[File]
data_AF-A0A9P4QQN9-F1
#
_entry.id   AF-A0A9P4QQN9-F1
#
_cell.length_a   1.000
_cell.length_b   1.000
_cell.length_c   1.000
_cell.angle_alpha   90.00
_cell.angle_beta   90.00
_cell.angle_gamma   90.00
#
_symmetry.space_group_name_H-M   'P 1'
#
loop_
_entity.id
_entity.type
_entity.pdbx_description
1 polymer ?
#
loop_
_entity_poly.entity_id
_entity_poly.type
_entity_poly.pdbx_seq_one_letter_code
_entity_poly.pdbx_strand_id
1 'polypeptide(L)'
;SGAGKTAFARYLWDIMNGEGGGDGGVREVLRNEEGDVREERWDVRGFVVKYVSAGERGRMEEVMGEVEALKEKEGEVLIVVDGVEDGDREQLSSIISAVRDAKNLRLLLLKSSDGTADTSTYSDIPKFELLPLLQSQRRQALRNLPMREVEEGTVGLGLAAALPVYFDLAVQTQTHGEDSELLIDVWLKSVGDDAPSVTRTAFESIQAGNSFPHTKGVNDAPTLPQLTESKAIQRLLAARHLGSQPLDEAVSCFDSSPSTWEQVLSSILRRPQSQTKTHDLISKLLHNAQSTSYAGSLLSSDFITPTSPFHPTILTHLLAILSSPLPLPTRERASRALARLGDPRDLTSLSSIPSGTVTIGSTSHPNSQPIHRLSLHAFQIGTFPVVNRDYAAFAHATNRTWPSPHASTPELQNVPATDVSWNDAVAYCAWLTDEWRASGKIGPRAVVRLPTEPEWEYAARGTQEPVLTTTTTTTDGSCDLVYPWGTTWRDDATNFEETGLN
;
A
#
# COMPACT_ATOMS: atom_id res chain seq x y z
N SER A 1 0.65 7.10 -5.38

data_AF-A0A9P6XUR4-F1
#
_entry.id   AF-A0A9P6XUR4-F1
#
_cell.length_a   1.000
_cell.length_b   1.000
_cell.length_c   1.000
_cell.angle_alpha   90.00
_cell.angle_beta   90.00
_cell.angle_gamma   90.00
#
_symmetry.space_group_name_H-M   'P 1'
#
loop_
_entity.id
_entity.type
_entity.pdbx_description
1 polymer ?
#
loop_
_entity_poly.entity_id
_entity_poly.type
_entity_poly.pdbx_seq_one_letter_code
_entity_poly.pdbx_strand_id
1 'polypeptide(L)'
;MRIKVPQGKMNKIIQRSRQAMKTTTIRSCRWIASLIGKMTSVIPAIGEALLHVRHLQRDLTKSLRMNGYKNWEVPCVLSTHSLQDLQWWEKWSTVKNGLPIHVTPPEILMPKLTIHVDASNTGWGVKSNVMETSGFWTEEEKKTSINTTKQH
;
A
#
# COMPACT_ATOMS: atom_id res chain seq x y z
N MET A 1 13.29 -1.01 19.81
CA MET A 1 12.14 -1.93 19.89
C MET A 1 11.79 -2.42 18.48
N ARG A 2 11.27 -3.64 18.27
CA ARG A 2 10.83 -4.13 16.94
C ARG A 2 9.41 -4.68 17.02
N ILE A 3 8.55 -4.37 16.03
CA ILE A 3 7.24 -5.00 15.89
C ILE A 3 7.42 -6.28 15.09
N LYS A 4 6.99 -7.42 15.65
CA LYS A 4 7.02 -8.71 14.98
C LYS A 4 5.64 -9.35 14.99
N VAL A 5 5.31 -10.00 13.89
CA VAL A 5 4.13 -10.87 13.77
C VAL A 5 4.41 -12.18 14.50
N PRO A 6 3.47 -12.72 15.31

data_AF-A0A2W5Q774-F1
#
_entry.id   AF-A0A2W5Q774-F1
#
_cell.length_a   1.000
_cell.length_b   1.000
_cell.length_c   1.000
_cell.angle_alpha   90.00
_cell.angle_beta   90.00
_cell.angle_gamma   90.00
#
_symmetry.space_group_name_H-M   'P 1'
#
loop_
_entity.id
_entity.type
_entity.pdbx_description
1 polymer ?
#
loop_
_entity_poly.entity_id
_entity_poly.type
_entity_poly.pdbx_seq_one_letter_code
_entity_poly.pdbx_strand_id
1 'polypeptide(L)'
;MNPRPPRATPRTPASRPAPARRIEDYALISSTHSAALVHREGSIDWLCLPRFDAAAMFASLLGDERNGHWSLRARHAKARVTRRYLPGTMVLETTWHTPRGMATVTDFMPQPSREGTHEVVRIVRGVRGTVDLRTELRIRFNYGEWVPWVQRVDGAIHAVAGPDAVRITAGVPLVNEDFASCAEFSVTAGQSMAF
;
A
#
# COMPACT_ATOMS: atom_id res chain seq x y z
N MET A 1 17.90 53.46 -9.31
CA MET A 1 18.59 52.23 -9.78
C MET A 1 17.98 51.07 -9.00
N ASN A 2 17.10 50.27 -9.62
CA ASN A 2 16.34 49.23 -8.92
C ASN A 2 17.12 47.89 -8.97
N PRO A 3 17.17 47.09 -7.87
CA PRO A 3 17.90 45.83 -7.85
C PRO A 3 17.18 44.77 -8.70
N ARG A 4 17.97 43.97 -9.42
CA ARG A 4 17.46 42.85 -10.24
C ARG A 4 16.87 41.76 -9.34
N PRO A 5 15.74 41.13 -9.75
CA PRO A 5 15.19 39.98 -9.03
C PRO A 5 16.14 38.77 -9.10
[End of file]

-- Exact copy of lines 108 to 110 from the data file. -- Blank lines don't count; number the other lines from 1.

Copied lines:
N MET A 1 17.90 53.46 -9.31
CA MET A 1 18.59 52.23 -9.78
C MET A 1 17.98 51.07 -9.00